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UAlbany Doctoral Student Travels to Namibia as Fulbright Scholar
Grad student will research African country's liberation struggle
Jones will conduct extensive oral interviews with participants from the liberation struggle, which ended in 1990 when Namibia gained its independence from South African rule. (Photo Mark Schmidt)
ALBANY, N.Y. (January 20, 2009) -- University at Albany doctoral student David Jones, Department of History, has been awarded a Fulbright Scholarship to research the liberation struggles in Namibia during the 1970s and 1980s. Jones is one of more than 1,450 U.S. students who will travel abroad for the 2008-2009 academic year.
"We are proud David has been selected to be part of this elite group of scholars," said Interim President George M. Philip. "David's work will help advance the understanding of critical global issues. "
Jones will conduct extensive oral interviews with participants from the liberation struggle, which ended in 1990 when Namibia gained its independence from South African rule. Jones will be continuing research he began with a trip to the country in 2006.
"Through my research, I hope to better understand the power dynamics within liberation movements, particularly the ways in which groups contesting for control over the state work both through and against older institutions," said Jones.
During his 10-month stay, Jones will also receive some basic instruction in Oshiwambo, a cluster of several closely related languages spoken by more than half of the people in Namibia.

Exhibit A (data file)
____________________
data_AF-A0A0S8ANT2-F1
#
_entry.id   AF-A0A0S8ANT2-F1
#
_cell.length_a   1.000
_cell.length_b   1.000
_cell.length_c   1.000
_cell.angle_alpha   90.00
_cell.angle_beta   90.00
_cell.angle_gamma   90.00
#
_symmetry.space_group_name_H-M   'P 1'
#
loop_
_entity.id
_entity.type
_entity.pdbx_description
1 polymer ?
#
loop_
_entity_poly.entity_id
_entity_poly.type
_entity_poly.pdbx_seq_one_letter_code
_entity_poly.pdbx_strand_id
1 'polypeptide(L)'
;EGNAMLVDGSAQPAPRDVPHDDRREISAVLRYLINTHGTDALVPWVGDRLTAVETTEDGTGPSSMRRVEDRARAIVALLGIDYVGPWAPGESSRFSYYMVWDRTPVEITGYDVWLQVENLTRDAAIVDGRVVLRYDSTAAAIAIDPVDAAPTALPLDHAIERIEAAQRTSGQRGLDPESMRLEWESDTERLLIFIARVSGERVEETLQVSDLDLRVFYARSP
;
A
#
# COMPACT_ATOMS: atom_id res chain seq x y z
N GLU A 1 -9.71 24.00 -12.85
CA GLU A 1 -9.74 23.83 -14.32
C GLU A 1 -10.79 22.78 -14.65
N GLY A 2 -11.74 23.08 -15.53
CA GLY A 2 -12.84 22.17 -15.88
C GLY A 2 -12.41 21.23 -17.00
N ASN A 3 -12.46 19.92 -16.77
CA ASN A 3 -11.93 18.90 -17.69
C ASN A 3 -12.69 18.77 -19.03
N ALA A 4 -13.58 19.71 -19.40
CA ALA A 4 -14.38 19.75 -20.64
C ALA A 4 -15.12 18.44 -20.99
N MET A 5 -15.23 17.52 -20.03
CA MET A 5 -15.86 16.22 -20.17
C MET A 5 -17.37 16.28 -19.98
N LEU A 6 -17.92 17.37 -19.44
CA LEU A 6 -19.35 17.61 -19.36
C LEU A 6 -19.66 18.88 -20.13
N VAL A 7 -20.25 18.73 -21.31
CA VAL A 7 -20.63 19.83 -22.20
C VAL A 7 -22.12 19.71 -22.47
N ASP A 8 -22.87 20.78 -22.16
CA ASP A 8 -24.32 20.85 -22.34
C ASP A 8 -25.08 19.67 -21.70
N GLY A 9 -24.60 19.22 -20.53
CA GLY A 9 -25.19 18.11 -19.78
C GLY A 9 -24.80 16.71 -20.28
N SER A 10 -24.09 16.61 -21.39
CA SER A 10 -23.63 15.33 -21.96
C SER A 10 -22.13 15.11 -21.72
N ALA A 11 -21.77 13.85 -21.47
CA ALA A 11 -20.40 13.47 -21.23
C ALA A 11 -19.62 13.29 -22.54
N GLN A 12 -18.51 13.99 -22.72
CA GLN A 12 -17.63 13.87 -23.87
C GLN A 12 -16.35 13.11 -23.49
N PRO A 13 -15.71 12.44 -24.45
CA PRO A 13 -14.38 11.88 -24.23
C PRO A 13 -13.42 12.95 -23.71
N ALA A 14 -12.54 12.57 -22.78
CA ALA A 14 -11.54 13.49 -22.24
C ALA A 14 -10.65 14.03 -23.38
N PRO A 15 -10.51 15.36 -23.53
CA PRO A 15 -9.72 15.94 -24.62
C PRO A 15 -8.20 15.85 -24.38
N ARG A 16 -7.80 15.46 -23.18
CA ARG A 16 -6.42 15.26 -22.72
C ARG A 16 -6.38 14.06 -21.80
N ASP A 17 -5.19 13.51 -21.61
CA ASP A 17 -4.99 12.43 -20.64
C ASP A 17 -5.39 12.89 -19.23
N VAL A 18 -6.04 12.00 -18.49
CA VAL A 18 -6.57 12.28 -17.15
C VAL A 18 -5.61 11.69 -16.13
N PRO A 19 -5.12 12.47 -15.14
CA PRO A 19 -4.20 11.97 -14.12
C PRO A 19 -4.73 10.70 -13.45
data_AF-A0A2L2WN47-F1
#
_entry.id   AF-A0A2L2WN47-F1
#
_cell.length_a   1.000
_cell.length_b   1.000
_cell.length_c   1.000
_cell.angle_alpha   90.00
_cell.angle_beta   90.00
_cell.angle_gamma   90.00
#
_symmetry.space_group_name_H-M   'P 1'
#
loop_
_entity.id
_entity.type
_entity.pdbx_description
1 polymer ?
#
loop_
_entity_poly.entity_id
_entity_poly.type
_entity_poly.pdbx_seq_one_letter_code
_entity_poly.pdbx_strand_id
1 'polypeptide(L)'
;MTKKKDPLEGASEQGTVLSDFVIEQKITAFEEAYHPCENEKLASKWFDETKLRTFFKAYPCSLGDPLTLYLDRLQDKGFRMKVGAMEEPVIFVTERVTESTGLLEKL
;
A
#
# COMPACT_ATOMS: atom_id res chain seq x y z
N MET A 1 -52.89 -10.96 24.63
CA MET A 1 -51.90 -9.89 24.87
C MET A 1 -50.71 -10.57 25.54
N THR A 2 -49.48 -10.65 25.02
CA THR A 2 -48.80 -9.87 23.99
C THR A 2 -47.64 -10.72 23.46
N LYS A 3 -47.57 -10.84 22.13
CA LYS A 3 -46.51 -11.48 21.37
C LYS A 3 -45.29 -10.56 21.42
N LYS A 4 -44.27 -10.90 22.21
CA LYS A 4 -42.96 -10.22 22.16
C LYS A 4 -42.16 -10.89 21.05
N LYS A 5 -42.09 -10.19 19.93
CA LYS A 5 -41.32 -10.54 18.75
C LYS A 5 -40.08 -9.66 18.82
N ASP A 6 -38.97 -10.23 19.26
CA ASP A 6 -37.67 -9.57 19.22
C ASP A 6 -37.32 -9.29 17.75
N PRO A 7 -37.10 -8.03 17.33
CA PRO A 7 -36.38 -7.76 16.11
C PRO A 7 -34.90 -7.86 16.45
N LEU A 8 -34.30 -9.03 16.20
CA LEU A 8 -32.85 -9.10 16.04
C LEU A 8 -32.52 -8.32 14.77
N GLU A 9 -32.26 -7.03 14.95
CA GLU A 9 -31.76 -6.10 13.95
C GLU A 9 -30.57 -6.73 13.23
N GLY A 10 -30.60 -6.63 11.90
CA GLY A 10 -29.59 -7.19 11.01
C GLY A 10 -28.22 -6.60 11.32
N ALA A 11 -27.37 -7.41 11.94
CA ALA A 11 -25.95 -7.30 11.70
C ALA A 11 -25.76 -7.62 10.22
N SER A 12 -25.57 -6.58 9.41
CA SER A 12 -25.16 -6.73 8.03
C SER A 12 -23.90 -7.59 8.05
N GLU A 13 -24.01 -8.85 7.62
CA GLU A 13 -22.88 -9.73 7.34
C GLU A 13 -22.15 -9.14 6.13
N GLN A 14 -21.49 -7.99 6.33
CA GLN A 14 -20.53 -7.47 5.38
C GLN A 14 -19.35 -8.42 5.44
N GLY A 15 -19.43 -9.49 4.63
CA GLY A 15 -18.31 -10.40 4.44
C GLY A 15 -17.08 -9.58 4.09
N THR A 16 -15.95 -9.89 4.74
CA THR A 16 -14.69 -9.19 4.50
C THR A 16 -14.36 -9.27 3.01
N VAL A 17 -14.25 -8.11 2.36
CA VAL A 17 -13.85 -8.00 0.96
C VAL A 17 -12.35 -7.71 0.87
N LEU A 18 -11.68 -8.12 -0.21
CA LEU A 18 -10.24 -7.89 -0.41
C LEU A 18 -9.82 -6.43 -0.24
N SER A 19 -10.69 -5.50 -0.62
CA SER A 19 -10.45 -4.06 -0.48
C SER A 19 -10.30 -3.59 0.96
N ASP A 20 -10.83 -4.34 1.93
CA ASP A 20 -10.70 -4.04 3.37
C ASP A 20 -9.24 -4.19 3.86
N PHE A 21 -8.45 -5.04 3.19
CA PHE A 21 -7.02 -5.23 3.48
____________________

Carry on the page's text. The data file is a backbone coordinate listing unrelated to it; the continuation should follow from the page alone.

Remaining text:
Jones received his master's degree in U.S. history from UAlbany in 2007. For his doctorate, Jones is specializing in global and comparative history with an emphasis on African history.
The Fulbright Program, America's flagship international educational exchange program, is sponsored by the United States Department of State, Bureau of Educational and Cultural Affairs. Since its establishment in 1946 under legislation introduced by the late Senator J. William Fulbright of Arkansas, the Fulbright Program has provided approximately 286,500 people -- 108,160 Americans who have studied, taught or researched abroad and 178,340 students, scholars and teachers from other countries who have engaged in similar activities in the United States -- with the opportunity to observe each others' political, economic, educational and cultural institutions, to exchange ideas and to embark on joint ventures of importance to the general welfare of the world's inhabitants.
Recipients of Fulbright awards are selected on the basis of academic or professional achievement, as well as demonstrated leadership potential in their fields.
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